Pivot to Europe or Asia? US Caught in a Dilemma

At the outbreak of the Russia-Ukraine crisis, the United States suddenly realized that its global strategy was out of focus. The European security crisis is shifting the United States’ gaze away from the Asia-Pacific region. With the emergence of calls for the U.S. to pivot its foreign policy concerns back to Europe, the United States faces the conundrum of whether to focus on Europe or the Asia-Pacific.

That the crisis in Ukraine has escalated to a full-scale war was both expected and a surprise for the U.S. When Vladimir Putin, backed against the wall, launched a furious counterattack, the U.S. seemingly had no available option other than to resort to imposing a weak set of sanctions.

Putin’s military operation has shattered the longstanding scorn others have held for Russia as a declining regional economy. It is as a great power that Russia is pursuing geopolitical aims. Putin evidently not only wants to block Ukraine’s entry into NATO, but also wants to force the West to restructure Europe’s security architecture by repelling NATO’s 25-year continuous eastward encroachment. Whatever the facts on the ground may be, the U.S. finds this difficult to accept.

Over the past decade the U.S. has been rebalancing its policy toward the Asia-Pacific. Since Secretary of State Hillary Clinton’s 2011 proposal to pivot toward the Asia-Pacific, this policy has been firmly and consistently in force regardless of administration.

After he took office, Joe Biden restored America’s participation in the Iran nuclear deal, a deal Trump withdrew from, and has withdrawn U.S. troops from Afghanistan and redeployed combat forces around the world. At the same time, the Australian, British and American alliance AUKUS was established and so was the Japanese, Australian, Indian and U.S. Quadrilateral Security Dialogue. Regarding the economy, an Indo-Pacific economic framework was proposed, and a new Indo-Pacific strategy was announced, making the Indo-Pacific region a priority arena for the U.S. desire to counter China’s military and economic influence.

As far as U.S. strategy is concerned, it is a bad idea to engage China and Russia at the same time, something that would divide resources between the eastern and western fronts. From the perspective of the United States about the long term, China has infinite potential and so countering it should be the priority.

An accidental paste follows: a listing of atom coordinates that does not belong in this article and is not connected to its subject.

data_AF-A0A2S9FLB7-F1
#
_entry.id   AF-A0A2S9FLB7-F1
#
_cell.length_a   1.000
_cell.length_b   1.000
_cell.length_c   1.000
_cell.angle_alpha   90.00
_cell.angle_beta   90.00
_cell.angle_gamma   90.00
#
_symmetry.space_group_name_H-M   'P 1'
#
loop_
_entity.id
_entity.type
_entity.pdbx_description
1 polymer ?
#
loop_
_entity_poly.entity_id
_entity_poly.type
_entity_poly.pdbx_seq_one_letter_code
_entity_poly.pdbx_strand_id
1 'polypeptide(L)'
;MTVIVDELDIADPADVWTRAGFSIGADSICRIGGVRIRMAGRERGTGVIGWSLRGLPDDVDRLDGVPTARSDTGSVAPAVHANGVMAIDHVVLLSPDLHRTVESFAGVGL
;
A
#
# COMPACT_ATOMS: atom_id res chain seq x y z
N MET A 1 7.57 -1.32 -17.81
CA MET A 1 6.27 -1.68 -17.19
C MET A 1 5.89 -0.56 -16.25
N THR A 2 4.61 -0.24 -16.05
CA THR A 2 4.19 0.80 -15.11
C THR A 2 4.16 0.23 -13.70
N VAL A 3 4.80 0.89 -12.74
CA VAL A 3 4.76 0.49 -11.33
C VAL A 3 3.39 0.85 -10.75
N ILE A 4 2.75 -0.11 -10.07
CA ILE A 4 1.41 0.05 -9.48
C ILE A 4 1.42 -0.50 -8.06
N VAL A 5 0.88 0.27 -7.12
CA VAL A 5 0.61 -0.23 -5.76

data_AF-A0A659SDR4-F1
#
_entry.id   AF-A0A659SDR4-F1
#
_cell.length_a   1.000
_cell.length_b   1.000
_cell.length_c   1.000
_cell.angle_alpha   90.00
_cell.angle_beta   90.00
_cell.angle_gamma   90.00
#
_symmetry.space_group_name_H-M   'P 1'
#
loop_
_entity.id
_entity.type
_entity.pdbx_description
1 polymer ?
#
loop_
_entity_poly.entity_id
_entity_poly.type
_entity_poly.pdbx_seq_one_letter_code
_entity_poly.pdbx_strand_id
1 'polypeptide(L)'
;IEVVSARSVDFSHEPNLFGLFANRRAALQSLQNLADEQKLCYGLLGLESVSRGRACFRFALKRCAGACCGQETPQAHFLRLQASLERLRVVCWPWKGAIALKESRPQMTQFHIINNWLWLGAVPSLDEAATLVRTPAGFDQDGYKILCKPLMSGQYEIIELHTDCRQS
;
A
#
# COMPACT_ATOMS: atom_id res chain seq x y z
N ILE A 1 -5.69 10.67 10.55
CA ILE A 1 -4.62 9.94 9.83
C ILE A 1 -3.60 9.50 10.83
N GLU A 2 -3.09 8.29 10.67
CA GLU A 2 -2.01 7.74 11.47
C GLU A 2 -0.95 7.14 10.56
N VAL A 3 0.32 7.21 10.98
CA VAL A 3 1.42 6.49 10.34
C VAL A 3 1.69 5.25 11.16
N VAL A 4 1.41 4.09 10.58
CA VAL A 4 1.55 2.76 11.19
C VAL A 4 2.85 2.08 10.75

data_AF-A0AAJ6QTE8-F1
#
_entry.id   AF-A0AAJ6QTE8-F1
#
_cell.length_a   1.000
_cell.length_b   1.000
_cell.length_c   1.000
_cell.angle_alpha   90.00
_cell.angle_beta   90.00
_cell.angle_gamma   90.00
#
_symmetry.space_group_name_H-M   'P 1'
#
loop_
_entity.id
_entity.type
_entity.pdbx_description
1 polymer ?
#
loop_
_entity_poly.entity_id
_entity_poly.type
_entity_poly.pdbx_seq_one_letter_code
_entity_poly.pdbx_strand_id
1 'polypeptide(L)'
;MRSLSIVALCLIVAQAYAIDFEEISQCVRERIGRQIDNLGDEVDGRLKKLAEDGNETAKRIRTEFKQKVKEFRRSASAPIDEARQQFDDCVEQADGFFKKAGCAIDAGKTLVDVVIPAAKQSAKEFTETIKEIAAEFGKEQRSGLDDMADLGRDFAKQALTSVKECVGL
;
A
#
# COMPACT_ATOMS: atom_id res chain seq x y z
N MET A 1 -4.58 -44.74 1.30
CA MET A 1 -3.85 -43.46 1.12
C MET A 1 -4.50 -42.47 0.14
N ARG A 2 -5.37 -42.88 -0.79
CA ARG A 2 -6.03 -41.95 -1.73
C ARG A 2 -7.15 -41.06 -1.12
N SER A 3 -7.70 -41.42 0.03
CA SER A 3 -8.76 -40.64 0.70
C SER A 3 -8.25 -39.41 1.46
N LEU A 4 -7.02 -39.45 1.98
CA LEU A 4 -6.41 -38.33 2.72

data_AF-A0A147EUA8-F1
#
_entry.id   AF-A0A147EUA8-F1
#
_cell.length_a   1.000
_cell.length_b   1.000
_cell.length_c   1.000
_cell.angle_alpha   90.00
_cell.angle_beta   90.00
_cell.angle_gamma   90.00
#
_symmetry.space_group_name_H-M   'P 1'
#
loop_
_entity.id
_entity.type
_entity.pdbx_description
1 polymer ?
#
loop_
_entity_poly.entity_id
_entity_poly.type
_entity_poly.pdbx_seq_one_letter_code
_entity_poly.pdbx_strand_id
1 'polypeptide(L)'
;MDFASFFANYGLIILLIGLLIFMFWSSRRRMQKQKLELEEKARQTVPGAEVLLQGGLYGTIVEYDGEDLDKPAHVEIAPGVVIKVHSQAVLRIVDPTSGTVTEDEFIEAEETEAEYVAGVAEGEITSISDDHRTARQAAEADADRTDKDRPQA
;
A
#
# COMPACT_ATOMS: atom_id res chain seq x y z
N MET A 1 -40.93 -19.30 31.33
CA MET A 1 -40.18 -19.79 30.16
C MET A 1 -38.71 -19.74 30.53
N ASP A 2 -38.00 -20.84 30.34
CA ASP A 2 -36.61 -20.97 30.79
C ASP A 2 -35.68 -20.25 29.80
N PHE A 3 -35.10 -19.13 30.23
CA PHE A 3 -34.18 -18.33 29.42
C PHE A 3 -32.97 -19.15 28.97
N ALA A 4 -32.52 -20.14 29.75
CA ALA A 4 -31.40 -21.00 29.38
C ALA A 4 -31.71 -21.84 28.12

Yet, with the outbreak of the crisis in Ukraine, there have been calls to pivot back to Europe. As U.S. former senior diplomat P. Michael McKinley wrote in Politico, pivoting back to Europe should be the driving imperative. He wrote that “the drift away from Europe by the United States over the past 20 years in pursuit of wars and priorities elsewhere has been short-sighted.“ In the belief that Europe’s previous security architecture has changed, the U.S. now faces the same issue it did when NATO was established in 1949: preventing Russia from destroying the post-World War II peacekeeping structure.

In response to Russia’s actions, the U.S. and its Western allies will launch a new containment policy against Russia, intended to maintain the trans-Atlantic relationship and protect NATO. The U.S. will come to realize that its future is still intimately intertwined with events in Europe.

“Europe needs to be taken care of, but what about Asia?” Without doubt, Biden’s Indo-Pacific strategy will have to face this looming question. As Kyodo News concluded, the U.S. needs to stop thinking that its only challenge is China.

Since the crisis began in Ukraine, U.S.-Russia relations have completely broken down, and the situation will now inevitably get worse. Instead of reducing the number of troops in Europe, the U.S. will have to increase them. The U.S. can no longer focus solely on China.

First, it will be difficult for the U.S. to free up enough resources to invest in the Indo-Pacific region. The Japanese newspaper Nikkei commented that if the U.S. military’s plans to focus on China are hampered, the U.S. will face the challenge of establishing sufficient deterrence in the Taiwan Strait and the South China Sea to guarantee regional stability. Second, allies will find it difficult to follow and support U.S. objectives. Although NATO allies last year declared that China presented a “systemic challenge,” the intensifying challenge from Russia means Europe can only concentrate on strengthening its own defense. Over in Asia, Japan originally concluded that its greatest threat had shifted from Russia to China and transferred its main defense forces to the southwest. However, if Japan wants to support America in containing Russia, it must now implement a new policy.

A U.S. pivot to Europe would scatter its focus on Asia and China, and conversely, if the U.S. cannot effectively confront Russia, it will be exposed as weak and unable to honor its commitments. The crisis in Ukraine has caught the United States in a bind.

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